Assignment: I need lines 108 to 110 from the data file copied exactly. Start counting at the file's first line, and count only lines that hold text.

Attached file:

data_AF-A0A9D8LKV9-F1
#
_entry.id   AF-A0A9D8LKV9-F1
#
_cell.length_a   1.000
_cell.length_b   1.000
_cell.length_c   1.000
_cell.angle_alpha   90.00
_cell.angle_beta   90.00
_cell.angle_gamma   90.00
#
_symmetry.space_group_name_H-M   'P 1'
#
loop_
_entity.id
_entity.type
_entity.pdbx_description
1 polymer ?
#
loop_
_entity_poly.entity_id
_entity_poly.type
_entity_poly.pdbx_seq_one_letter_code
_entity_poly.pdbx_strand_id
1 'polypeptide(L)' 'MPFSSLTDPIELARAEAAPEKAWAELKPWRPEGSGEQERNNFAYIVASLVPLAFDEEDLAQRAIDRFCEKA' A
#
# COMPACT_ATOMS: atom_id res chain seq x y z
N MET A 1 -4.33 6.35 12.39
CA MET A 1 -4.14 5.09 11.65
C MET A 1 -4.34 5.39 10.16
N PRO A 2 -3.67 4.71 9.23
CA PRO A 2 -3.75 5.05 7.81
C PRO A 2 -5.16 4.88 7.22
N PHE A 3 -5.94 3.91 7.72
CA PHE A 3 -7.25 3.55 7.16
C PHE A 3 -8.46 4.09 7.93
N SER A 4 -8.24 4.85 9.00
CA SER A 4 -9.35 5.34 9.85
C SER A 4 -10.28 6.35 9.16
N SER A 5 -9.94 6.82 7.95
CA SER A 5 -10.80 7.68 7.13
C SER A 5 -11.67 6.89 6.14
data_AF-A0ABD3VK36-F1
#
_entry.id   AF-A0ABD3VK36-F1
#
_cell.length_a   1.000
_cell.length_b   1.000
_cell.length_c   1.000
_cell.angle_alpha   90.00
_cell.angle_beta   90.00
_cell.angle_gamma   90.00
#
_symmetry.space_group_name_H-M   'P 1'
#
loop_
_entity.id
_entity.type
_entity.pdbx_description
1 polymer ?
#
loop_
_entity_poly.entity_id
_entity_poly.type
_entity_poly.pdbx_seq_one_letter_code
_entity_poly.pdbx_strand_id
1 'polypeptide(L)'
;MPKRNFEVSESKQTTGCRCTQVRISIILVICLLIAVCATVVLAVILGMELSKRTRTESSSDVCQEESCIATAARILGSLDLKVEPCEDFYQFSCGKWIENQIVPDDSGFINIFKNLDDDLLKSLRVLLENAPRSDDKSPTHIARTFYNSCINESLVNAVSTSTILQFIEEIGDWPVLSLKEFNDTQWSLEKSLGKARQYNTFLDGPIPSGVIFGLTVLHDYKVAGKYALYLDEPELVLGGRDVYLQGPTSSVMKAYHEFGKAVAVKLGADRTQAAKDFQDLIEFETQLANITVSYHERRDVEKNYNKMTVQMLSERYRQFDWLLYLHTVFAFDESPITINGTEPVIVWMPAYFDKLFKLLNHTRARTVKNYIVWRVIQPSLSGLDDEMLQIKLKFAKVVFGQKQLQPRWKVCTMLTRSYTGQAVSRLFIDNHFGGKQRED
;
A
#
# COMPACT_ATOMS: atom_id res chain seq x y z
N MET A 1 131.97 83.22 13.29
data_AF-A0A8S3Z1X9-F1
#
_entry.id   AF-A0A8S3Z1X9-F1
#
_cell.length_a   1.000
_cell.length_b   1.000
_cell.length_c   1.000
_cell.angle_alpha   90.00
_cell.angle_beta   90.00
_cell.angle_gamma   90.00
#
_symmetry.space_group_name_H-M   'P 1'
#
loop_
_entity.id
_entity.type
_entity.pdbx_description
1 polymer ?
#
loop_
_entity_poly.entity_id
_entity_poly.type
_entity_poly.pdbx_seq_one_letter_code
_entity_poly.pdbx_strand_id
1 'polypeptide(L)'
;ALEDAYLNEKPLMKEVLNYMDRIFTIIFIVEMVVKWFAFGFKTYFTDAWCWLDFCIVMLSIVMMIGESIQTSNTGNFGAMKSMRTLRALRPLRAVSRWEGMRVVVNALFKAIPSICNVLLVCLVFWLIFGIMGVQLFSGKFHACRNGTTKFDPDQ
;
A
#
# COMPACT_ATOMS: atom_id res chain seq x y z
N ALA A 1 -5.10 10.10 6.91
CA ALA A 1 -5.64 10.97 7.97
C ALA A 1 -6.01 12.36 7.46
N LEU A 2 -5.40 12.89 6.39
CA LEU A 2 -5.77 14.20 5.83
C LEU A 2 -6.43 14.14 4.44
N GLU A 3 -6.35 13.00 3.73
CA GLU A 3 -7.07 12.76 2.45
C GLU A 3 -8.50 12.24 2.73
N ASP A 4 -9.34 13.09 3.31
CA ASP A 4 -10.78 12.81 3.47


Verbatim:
CA LEU A 2 -5.77 14.20 5.83
C LEU A 2 -6.43 14.14 4.44
N GLU A 3 -6.35 13.00 3.73